There is a bridge in Portland called the Ross Island bridge. It’s a relatively nondescript bridge architecturally. It’s not very pedestrian friendly. Sure, there are some nice views, but nobody is writing home about the Ross Island Bridge.
But maybe they should be. Because tucked away at the west end of the bridge is one of the most hopeful spots in the city: A special intersection where people cooperate for no good reason at all.
Road 1 goes over the bridge and has the right of way. Road 2 dead ends into Road 1 and has a stop sign. According to the law, the cars on Road 2 must wait at the stop sign until there is a safe opening for them to merge onto Road 1 and head over the bridge.
The cars on road 1 have no stop sign. They are free to speed through like they normally would anywhere else.
But they don't.
At this intersection there is an unspoken, unofficial code of conduct based on cooperation and maximizing group happiness.
My good friends at Google have managed to document this cooperative code of conduct in action.
Step 1 - The good human in the White Prius has no stop sign or any official reason to stop, yet they slow to let the teal Subaru merge onto the bridge from the far left lane (road 2), which has a stop sign.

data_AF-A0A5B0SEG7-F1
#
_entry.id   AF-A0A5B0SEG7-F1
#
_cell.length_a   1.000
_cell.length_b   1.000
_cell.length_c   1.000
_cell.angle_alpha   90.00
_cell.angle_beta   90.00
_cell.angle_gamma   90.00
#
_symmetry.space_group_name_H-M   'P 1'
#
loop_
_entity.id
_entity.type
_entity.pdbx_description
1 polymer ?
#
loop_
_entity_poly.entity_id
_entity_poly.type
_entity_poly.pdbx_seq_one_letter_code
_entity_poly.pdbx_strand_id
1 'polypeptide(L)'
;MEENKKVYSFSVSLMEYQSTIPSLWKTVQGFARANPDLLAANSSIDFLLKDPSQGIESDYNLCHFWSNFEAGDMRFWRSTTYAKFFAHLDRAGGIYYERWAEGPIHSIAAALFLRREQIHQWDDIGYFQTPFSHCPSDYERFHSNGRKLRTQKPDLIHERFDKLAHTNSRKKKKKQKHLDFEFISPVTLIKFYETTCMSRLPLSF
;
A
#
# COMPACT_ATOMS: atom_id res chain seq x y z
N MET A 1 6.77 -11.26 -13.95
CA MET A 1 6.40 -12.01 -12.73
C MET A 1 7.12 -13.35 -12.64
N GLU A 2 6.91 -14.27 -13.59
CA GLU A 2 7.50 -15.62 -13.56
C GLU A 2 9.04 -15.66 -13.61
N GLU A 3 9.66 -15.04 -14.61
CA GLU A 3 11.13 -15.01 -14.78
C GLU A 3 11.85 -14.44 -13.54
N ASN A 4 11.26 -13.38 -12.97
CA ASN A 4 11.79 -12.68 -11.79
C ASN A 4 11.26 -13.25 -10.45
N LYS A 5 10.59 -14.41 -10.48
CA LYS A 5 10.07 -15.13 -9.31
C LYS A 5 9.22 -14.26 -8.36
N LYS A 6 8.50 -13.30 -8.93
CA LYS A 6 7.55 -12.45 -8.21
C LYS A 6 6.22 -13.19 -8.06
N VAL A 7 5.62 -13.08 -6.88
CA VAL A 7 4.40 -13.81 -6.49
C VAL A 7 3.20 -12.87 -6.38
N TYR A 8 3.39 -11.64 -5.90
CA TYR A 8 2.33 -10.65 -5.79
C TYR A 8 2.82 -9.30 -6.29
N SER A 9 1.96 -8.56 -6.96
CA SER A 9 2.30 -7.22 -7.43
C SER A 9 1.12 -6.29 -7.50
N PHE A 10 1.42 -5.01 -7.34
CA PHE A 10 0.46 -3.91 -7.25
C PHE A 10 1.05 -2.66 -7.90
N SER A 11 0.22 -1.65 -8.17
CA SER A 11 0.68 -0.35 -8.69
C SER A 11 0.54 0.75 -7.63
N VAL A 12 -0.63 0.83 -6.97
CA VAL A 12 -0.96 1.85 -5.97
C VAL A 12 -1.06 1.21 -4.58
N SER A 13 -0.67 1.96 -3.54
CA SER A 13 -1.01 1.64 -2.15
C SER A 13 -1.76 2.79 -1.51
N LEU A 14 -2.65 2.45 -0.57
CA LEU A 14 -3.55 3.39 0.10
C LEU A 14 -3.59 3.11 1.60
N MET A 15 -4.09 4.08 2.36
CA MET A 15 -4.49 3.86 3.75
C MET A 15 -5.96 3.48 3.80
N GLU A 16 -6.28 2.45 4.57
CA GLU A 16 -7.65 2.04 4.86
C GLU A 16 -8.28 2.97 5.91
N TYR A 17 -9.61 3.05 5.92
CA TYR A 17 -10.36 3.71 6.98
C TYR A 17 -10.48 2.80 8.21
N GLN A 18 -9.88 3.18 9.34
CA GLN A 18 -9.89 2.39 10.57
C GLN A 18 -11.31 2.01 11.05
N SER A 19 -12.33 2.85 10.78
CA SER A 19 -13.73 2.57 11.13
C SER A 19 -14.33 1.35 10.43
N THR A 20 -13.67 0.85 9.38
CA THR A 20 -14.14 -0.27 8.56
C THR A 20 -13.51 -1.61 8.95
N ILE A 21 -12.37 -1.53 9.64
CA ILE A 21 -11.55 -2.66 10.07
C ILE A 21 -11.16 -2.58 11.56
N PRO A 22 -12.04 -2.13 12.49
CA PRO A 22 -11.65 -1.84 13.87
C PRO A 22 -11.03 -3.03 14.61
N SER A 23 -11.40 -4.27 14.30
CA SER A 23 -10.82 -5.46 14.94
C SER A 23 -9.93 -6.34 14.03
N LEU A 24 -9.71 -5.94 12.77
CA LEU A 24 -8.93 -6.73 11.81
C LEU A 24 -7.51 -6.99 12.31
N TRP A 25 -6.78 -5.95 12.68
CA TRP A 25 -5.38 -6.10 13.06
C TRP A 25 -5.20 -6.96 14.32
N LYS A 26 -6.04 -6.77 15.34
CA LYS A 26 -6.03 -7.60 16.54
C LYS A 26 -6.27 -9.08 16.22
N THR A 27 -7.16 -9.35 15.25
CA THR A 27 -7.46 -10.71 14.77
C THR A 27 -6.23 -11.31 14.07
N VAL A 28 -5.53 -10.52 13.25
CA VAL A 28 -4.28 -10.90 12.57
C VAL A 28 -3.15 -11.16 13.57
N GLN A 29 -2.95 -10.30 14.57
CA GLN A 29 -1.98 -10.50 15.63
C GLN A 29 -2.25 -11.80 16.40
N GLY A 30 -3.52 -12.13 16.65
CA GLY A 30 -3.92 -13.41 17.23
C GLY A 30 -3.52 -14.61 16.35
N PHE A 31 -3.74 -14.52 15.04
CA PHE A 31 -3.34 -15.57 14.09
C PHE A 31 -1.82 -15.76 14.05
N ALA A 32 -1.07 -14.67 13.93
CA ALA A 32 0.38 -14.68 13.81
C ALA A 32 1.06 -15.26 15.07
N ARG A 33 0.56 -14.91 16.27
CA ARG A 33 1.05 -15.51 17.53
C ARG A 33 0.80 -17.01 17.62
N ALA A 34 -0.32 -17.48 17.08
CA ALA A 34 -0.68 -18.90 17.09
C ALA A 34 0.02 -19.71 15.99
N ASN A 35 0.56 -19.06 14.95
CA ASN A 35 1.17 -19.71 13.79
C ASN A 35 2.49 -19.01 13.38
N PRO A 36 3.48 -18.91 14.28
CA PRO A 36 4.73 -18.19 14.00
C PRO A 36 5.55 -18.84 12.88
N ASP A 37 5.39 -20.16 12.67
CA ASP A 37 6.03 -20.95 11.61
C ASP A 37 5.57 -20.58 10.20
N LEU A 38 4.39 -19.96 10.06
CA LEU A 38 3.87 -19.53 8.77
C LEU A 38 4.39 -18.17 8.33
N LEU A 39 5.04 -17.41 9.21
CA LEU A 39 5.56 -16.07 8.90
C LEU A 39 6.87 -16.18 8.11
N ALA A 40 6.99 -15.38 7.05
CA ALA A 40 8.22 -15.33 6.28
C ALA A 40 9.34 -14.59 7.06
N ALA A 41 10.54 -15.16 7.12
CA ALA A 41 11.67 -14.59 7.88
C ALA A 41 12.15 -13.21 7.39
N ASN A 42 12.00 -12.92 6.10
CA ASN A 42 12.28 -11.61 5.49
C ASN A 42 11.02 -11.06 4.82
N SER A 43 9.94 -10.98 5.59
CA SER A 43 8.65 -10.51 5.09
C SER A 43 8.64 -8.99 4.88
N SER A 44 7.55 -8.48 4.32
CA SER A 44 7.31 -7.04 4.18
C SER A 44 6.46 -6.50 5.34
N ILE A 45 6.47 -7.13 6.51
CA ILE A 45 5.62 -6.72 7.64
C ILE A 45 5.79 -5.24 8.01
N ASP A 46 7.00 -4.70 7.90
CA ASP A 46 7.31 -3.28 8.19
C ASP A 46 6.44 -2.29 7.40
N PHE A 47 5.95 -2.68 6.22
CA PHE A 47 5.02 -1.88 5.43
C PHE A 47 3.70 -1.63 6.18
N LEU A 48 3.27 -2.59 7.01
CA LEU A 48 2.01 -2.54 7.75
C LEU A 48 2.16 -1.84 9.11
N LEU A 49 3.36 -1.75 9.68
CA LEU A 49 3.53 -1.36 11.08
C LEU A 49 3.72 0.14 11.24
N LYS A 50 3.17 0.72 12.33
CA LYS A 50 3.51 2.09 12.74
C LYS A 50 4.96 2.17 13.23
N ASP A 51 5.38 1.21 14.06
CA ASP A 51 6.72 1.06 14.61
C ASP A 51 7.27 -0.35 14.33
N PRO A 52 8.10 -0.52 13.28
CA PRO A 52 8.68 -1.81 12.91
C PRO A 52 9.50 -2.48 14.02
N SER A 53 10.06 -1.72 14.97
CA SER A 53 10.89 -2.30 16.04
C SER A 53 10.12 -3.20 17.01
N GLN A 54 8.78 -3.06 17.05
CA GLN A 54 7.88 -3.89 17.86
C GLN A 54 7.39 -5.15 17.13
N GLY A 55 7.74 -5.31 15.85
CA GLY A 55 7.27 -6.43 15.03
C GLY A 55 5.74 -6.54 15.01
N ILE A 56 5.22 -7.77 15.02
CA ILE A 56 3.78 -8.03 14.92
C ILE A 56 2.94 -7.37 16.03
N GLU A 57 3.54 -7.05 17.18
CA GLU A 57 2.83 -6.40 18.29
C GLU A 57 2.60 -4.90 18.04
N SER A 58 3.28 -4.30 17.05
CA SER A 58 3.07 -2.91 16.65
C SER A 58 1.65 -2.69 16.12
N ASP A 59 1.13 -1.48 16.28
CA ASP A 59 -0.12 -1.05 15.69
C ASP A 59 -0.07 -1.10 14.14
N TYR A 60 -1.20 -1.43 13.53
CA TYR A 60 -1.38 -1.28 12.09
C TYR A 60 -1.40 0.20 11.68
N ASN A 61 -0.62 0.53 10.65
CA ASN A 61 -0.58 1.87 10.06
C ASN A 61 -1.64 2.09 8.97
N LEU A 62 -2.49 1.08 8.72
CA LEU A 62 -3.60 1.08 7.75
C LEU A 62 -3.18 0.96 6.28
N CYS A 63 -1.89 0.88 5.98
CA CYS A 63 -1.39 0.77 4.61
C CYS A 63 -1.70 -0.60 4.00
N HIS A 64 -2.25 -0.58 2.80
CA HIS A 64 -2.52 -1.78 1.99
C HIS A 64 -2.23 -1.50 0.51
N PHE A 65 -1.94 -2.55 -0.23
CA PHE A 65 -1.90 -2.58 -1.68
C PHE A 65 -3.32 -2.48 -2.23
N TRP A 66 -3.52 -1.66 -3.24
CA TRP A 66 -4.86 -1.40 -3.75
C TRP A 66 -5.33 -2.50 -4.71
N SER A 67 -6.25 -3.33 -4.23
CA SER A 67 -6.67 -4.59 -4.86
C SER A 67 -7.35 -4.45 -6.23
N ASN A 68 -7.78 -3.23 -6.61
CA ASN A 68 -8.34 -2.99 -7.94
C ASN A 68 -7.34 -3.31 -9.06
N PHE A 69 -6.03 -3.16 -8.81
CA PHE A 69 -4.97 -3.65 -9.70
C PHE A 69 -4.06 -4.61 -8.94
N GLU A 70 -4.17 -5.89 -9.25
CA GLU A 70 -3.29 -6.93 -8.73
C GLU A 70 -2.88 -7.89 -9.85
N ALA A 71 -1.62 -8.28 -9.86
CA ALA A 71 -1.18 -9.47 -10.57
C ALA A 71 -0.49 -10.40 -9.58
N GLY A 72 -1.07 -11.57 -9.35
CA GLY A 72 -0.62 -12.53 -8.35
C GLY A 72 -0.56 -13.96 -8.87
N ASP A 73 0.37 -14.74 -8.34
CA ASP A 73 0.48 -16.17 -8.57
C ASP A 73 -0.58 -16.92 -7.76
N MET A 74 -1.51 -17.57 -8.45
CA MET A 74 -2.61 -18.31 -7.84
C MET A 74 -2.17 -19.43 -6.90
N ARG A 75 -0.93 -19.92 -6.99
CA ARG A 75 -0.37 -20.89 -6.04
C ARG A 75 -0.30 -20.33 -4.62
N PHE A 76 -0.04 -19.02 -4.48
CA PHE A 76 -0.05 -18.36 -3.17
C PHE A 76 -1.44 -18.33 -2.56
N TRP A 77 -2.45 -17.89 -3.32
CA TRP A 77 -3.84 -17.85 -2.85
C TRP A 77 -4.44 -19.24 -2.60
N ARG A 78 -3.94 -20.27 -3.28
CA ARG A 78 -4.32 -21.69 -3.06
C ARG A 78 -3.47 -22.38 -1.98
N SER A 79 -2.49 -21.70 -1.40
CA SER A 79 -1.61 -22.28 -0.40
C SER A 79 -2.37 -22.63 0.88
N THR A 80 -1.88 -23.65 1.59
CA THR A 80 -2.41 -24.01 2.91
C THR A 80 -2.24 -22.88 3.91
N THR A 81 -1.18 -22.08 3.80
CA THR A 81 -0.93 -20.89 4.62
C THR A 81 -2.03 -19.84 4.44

Step 2 - The Prius then goes ahead and continues in front of the navy minivan.
Step 3 - This back and forth cycle continues forever.
And lest you think this only happens midday when traffic and tensions are low, think again.
My friends at Google came back to investigate during the heart of rush hour, and sure enough, even in totally backed up traffic when people all across the rest of the city are frantically cursing, honking, cutting people off and generally stressing out the world, the good people of the Ross Island Bridge are engaged in serious, multi-lateral rush hour diplomacy. They patiently trade back-and-forth, letting one lane go, and then the other, despite the fact that one of the lanes has no official obligation or incentive to do so.
I mentioned this phenomenon to my friend the other day, and before I even said the location, he knew exactly where I was talking about.
“Whenever I drive through there,” he said, “it always makes me feel a little more hopeful about humanity.”